And if Betty White’s comedy has ever made your days at least slightly better, check out her wardrobe and get motivated — it could enhance your style, too.
Here are three inspirational looks that you could incorporate into your own wardrobe, while reflecting on her legacy:
The Biker Chick Look
In a beach movie parody sketch titled “Beach Blanket Boo-Boo,” Betty wore a black leather jacket with studs and chains. Her leather pants were tied with a Breton scarf instead of a belt. It was probably a continuation of a marine theme because this type of white scarf with narrow horizontal blue stripes is associated with French or Breton sailors.
If you were to go for a biker chick outfit, that would be an example to follow (paired with a low-cut yellow T-shirt, an orange scarf, and black stiletto boots, just like Betty’s character).
What boosted the comedic effect was the now funny-looking blonde beehive. No, she wasn’t wearing a beehive on her head to make viewers laugh. The beehive is a hairstyle in which long hair is piled up in a conical shape on the top of the head in a slightly backward-pointing way, giving some resemblance to the shape of a traditional beehive. If you already have a big enough personality, a beehive hairstyle might be overkill!
The Ranger Look
If you are a tough cookie though, maybe you can show it through your outfits, too. Again, just follow Betty White’s example.
As Ray Richmond points out in his book, it’s no secret that Betty was a “big-time nature gal,” to the extent that her first career dream was to become a forest ranger. Part of the reason it didn’t work out was that it was considered to be a man’s job.
But in 2010, the US Forest Service actually fulfilled her lifelong dream by making her an honorary US forest ranger. During the ceremony at the Kennedy Center for the Performing Arts in the nation’s capital, US Forest Service chief Tom Tidwell told Betty: “Judging from your illustrious career, you would have made marvelous contributions to our agency and to the cause of conservation across the United States. Betty, you are a role model for little girls — for all of us — to never give up on our dreams.”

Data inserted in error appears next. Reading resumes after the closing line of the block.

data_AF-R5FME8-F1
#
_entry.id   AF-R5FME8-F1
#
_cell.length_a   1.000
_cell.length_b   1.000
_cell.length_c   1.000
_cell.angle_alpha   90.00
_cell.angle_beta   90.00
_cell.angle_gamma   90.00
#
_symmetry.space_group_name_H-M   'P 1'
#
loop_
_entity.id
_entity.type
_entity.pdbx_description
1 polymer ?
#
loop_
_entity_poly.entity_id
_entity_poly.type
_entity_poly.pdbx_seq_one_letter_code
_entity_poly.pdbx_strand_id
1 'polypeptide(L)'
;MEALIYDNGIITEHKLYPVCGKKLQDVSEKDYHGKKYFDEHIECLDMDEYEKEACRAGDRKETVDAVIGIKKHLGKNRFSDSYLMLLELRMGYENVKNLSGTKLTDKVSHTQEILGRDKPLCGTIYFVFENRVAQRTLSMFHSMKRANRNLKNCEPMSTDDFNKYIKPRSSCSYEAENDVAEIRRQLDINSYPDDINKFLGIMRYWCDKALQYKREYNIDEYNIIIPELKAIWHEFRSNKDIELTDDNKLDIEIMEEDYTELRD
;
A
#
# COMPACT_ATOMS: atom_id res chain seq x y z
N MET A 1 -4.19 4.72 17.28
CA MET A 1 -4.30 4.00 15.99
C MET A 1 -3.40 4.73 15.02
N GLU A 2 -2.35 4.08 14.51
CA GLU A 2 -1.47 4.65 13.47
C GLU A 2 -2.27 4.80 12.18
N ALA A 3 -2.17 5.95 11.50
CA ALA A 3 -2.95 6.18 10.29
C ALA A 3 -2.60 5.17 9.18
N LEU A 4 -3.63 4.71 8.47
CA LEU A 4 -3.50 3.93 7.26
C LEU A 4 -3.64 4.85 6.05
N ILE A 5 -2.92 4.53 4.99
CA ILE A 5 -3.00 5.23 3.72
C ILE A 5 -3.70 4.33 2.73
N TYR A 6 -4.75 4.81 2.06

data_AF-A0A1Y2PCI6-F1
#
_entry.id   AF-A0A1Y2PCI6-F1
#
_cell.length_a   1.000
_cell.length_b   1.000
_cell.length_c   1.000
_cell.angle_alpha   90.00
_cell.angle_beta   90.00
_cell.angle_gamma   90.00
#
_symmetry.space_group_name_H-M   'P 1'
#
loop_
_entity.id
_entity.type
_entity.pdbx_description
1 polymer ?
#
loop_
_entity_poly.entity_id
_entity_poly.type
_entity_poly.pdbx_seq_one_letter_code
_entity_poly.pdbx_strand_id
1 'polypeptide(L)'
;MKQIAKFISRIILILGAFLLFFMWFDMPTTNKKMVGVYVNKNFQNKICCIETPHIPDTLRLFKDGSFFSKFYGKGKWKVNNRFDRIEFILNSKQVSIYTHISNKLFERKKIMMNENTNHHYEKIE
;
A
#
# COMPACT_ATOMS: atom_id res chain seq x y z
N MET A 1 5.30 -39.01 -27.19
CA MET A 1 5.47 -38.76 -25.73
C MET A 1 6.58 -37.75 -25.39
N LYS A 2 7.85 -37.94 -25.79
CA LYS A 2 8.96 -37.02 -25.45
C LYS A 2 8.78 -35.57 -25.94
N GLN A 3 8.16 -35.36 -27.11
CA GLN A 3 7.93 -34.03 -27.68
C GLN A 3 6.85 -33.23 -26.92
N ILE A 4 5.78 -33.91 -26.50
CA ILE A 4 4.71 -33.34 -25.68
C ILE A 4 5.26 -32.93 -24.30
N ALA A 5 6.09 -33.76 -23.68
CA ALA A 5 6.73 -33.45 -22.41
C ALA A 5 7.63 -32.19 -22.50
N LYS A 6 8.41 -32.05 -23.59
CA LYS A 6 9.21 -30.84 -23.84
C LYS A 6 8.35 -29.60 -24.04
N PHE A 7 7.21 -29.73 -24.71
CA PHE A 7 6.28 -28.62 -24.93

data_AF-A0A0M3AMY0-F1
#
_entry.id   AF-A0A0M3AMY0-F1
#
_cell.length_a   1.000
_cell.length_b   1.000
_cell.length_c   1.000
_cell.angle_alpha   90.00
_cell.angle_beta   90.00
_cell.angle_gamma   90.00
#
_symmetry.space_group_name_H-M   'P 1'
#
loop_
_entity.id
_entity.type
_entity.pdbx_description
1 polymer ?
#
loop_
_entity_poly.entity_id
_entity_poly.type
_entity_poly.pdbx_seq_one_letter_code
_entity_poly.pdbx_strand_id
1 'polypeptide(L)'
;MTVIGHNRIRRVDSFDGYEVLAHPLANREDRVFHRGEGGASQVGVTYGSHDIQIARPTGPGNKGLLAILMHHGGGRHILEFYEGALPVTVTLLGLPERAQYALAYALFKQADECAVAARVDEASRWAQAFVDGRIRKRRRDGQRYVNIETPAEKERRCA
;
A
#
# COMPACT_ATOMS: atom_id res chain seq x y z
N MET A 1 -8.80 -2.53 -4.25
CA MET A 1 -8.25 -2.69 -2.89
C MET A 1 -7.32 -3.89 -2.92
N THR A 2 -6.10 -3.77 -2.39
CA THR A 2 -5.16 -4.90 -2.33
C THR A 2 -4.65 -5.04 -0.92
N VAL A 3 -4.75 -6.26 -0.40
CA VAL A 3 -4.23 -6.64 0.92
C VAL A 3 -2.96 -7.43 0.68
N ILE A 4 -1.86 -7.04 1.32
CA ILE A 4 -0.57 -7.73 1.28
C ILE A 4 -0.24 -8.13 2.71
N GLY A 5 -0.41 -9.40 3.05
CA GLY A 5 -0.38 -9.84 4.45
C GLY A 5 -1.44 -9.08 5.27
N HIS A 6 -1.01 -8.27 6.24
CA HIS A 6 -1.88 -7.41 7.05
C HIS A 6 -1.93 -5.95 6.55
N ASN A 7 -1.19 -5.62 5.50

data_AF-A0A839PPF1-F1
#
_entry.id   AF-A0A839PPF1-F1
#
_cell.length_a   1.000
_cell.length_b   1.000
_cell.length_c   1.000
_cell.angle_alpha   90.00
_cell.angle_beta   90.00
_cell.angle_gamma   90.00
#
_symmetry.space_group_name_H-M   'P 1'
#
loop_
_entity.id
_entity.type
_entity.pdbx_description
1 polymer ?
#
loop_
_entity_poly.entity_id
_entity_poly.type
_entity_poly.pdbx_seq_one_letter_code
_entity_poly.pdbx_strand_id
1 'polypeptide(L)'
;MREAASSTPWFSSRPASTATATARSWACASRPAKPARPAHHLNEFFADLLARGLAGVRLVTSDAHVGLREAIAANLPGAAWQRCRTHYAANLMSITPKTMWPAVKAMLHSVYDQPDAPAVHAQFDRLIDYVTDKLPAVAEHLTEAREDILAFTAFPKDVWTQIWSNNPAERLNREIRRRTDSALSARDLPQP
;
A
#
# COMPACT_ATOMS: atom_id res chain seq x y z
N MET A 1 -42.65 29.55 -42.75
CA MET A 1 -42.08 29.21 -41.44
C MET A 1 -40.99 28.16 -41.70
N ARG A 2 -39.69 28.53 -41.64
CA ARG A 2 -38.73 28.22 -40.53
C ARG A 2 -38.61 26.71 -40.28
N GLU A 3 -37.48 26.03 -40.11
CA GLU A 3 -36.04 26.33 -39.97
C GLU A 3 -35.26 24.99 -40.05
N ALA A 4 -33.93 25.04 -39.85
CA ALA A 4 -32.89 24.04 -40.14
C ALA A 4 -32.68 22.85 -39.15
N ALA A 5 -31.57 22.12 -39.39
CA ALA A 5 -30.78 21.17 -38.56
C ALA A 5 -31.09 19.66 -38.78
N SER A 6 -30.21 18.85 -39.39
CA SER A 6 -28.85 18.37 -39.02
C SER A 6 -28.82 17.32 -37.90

If you don’t know where to start with that ranger look, don’t give up. Start with a broad-brimmed felt hat in a beige color, as Betty did. This type of hat has a high crown, pinched symmetrically at the four corners. (Not your type of hat? That’s OK, LittlePinkTop has already covered the different types of summer hats so you can find an alternative.)
The Special Occasion Look
Betty White is a good style reference for special occasion outfits, too. She’s been to so many, and hosted a lot of them, too.
Take the Rose Parade, for example. For her first hosting appearance (she went on to have 19 more!) she donned a light green dress and a matching bolero (a women’s short open jacket).
The long dress had a modest split in the front and was ruffled around the bust. If you want your chest to look slightly bigger, ruffles are a good idea because they add volume.
A good bolero can be an elevating piece of attire, especially if it’s embellished like Betty’s was. It will make even the simplest dress look more elegant and refined.
Now that you are all inspired by Betty White’s fashion game, we should also remember that determination and strong will are valuable in life, evident from Betty White’s repeated and varied contributions to entertainment. May she rest in peace.